Grieving relatives were Friday searching for news or the remains of their loved ones after Somalia's Shebab Islamists massacred 147 in a university in northeastern Kenya.
The day-long siege of Garissa University was Kenya's deadliest attack since the 1998 US embassy bombings and the biggest ever by the Al-Qaeda-affiliated militants, although the Kenyan government vowed it would not be "intimidated".
Survivors recounted how the gunmen from Somalia's Shebab fighters taunted students before killing them, including forcing them to call their parents to urge them to call for Kenyan troops to leave Somalia -- before then still shooting them.
As the gunmen prowled the university rooms hunting down more people to kill, some students smeared blood from their dead friends over their bodies to pretend they too had been shot.
The day-long seige ended with all four of the gunmen detonating suicide vests in a hail of heavy gunfire. At least 79 people were also wounded in the attack on the campus, which lies near the border with Somalia.
On Friday, a huge crowd of traumatised and shocked survivors and relatives of those killed or missing gathered at the university gate.
"I am so worried, I had a son who was among the students trapped inside the college, and since yesterday I have heard nothing," said Habel Mutinda, an elderly man, his face streaming with tears.
"I tried to identify his body among those killed... I have to do that before the body goes bad in the heat.. I have been camping overnight, it is really hard, it hurts."
Emergency workers set about collecting the bodies, while Kenyan soldiers patrolled the campus.
Visiting the scene of the carnage, Kenya's Interior Minister Joseph Nkaissery vowed that the country would not bow to terrorist threats.
"Kenya's government will not be intimidated by the terrorists who have made killing innocent people a way to humiliate the government," he told reporters, promising the government will "fight back".
"I am confident we shall win this war against our enemies."
Hurling grenades and firing automatic rifles, the gunmen had stormed the university at dawn as students were sleeping, shooting dead dozens before setting Muslims free and holding Christians and others hostage.
In the final hour before darkness fell, Kenyan troops stormed a student dormitory where the gunmen were holed up as blasts and fierce gunfire rang out.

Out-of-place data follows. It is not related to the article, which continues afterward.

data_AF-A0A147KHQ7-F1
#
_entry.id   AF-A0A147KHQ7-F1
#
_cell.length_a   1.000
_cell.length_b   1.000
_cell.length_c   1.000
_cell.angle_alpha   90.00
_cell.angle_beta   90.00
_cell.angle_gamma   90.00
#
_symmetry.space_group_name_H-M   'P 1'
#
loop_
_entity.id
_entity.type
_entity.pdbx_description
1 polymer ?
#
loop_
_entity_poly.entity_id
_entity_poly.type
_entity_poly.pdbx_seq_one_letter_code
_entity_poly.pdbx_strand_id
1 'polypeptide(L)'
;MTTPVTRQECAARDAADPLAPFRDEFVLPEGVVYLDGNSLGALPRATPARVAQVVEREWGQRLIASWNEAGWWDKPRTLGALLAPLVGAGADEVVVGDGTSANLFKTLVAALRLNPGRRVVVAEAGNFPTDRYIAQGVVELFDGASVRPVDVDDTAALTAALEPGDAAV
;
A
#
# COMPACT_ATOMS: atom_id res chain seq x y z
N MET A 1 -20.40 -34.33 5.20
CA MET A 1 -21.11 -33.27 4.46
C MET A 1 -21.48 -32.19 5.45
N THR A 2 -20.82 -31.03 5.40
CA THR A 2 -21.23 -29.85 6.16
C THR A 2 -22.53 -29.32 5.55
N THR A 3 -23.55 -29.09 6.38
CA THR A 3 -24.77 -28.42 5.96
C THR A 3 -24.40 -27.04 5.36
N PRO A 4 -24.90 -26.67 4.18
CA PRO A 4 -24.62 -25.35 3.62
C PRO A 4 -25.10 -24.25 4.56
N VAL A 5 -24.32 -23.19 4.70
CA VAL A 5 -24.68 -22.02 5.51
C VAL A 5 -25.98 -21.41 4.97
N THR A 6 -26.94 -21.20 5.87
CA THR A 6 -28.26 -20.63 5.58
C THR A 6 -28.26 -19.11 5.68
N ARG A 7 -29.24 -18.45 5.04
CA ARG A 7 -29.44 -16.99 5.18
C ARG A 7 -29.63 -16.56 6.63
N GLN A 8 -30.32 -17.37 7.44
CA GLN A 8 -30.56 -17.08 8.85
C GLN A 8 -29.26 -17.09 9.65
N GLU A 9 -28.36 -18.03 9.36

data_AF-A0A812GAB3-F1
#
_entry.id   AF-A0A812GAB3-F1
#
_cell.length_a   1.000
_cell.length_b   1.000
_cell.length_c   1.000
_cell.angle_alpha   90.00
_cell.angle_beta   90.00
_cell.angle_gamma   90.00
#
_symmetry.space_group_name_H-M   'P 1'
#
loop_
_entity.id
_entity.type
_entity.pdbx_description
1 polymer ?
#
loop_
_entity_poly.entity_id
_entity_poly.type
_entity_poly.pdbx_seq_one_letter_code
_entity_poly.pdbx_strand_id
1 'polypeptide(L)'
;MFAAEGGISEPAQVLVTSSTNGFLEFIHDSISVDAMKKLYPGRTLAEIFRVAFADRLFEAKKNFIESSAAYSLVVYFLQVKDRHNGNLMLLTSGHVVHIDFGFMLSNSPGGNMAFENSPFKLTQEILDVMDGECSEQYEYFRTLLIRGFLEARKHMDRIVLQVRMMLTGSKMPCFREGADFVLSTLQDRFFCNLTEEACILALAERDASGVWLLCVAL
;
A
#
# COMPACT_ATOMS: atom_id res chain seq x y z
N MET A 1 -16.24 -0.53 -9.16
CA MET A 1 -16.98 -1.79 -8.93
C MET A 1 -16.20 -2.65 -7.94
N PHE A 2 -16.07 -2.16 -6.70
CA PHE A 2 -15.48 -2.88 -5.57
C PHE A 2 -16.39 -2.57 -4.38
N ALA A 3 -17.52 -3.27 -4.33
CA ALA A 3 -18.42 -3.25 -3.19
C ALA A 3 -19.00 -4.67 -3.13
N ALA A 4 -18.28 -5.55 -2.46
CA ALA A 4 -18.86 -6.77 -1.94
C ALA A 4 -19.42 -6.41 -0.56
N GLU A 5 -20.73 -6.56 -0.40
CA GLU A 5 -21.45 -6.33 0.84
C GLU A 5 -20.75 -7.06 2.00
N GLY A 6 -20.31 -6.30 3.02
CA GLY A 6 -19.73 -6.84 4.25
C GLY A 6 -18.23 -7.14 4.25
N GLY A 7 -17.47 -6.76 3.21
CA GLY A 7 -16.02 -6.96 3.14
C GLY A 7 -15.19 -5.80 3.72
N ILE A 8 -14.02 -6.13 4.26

Hundreds of students -- many of whom escaped in little more than what they were sleeping in -- spent Thursday night at nearby military barracks, where they were fed and given clothes.
Maureen Manyengo, a 21-year-old education student from western Kenya, said she hid inside her wardrobe after seeing several friends killed.
"I could hear the attackers telling my friends, 'Do not worry, we will kill you but we will die too'" she recalled.
"I could also hear them, saying "You will only be safe the day your president removes the soldiers from Somalia.'".
Several buses were due to transport the traumatised students back to their home areas, while the bodies of those killed were being flown back to the capital Nairobi.
Dozens of family members also gathered Friday at the main Nairobi mortuary to identify their relatives.
The university siege marks the worst attack on Kenyan soil since the 1998 bombing of the US embassy in Nairobi by Al-Qaeda, when 213 people were killed by a huge truck bomb.
The Shebab also carried out the Westgate shopping mall massacre in Nairobi in September 2013 when four gunmen killed 67 people in a four-day siege.
During Thursday's attack, Shehab spokesman Sheikh Ali Mohamud Rage said the killings were in revenge for the presence of Kenyan troops in Somalia as part of the African Union's force backed the country's internationally-backed government.
"Kenya is at war with Somalia," Rage said.
Newspapers on Friday were critical that intelligence warnings had been missed.
"The attack was preceded by a number of intelligence alarm bells," The Star newspaper editorial read, demanding that such warnings must be acted upon.
But newspapers also called for national unity in the wake of the killings.
"Even as we struggle to rise from the rubble of yesterday's attack, we must once again realise what the enemy wants to trigger," The Standard's editorial read.
"They want an internal war in Kenya, the kind of which will trigger destruction and blood-letting they would want to see," it added.